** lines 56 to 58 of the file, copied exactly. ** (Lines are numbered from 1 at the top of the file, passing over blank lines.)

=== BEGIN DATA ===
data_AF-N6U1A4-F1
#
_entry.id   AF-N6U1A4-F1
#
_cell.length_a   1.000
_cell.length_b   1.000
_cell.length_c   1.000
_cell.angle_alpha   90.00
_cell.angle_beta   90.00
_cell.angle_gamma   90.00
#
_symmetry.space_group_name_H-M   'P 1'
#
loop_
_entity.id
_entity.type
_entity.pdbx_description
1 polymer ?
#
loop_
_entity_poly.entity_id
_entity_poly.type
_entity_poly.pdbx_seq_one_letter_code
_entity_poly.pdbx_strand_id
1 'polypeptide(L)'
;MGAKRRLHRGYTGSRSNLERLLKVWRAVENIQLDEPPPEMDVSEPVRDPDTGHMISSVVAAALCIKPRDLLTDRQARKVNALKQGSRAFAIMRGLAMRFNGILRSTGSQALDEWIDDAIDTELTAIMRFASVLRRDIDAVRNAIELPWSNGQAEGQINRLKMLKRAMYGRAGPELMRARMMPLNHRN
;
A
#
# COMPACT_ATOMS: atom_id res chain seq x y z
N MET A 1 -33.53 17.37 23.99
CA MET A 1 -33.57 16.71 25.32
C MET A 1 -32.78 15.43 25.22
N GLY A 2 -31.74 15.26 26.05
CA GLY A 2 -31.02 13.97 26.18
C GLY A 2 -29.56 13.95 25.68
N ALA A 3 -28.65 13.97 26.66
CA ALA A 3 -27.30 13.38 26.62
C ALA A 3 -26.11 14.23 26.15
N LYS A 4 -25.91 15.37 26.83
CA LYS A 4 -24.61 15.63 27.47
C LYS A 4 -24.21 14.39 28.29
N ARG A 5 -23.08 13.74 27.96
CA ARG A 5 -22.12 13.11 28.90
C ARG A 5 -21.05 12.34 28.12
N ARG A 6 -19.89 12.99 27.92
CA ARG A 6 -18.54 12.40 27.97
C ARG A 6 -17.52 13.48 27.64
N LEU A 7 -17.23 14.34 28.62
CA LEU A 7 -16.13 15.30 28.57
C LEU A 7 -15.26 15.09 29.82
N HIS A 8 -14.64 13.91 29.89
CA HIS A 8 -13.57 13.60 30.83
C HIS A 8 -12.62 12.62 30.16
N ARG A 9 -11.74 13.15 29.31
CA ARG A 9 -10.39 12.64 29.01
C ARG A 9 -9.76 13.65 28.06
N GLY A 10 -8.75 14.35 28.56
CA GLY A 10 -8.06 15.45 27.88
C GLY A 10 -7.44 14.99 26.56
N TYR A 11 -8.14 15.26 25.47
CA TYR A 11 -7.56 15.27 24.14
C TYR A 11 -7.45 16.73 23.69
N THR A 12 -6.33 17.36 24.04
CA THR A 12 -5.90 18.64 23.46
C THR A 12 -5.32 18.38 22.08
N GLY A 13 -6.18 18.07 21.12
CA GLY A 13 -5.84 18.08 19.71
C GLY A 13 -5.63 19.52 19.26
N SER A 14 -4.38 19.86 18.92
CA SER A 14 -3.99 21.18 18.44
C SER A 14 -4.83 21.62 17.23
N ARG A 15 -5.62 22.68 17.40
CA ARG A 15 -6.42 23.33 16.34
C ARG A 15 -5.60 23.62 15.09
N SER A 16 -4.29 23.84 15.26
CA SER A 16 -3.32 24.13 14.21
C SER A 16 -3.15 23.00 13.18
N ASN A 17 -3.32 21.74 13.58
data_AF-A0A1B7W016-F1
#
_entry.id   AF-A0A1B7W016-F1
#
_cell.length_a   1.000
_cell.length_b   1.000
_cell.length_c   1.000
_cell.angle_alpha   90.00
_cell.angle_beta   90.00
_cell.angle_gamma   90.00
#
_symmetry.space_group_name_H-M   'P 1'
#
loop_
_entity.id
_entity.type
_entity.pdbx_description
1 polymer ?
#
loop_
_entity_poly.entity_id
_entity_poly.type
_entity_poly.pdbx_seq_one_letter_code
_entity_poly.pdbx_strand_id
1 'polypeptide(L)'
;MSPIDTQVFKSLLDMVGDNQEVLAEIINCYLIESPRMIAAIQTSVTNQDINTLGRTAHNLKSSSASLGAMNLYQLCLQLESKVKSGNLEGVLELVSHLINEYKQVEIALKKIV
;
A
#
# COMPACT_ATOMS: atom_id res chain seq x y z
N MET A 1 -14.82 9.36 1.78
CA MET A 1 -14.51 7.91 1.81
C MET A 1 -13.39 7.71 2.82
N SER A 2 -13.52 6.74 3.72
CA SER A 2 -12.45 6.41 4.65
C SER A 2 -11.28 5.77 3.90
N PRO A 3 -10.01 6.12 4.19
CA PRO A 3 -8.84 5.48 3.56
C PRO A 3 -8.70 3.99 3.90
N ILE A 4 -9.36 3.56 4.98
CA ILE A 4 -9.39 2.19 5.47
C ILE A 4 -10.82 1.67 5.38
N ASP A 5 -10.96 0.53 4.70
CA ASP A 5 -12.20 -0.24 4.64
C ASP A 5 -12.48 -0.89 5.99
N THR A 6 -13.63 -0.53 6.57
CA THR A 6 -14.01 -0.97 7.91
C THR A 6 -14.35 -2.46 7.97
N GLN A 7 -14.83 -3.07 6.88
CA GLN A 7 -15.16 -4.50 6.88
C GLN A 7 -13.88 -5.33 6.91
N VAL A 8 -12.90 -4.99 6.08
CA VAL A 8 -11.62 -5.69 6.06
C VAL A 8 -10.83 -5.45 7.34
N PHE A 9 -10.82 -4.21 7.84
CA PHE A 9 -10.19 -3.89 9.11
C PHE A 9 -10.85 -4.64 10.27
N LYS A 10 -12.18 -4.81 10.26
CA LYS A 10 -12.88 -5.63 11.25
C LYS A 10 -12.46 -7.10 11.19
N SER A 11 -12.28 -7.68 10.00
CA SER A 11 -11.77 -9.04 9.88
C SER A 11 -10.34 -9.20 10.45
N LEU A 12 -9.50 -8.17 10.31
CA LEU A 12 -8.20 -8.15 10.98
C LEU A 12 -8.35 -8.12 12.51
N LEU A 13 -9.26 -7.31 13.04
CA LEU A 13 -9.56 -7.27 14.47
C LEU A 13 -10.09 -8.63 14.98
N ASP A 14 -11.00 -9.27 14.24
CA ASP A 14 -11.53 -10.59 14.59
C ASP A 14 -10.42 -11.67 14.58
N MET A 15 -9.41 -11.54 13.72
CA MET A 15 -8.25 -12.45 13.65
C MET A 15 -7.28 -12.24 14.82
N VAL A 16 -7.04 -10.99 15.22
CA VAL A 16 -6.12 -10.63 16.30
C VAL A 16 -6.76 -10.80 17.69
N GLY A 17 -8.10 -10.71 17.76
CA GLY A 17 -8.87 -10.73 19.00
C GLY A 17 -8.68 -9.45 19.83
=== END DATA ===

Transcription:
CA ARG A 9 -10.39 12.64 29.01
C ARG A 9 -9.76 13.65 28.06
N GLY A 10 -8.75 14.35 28.56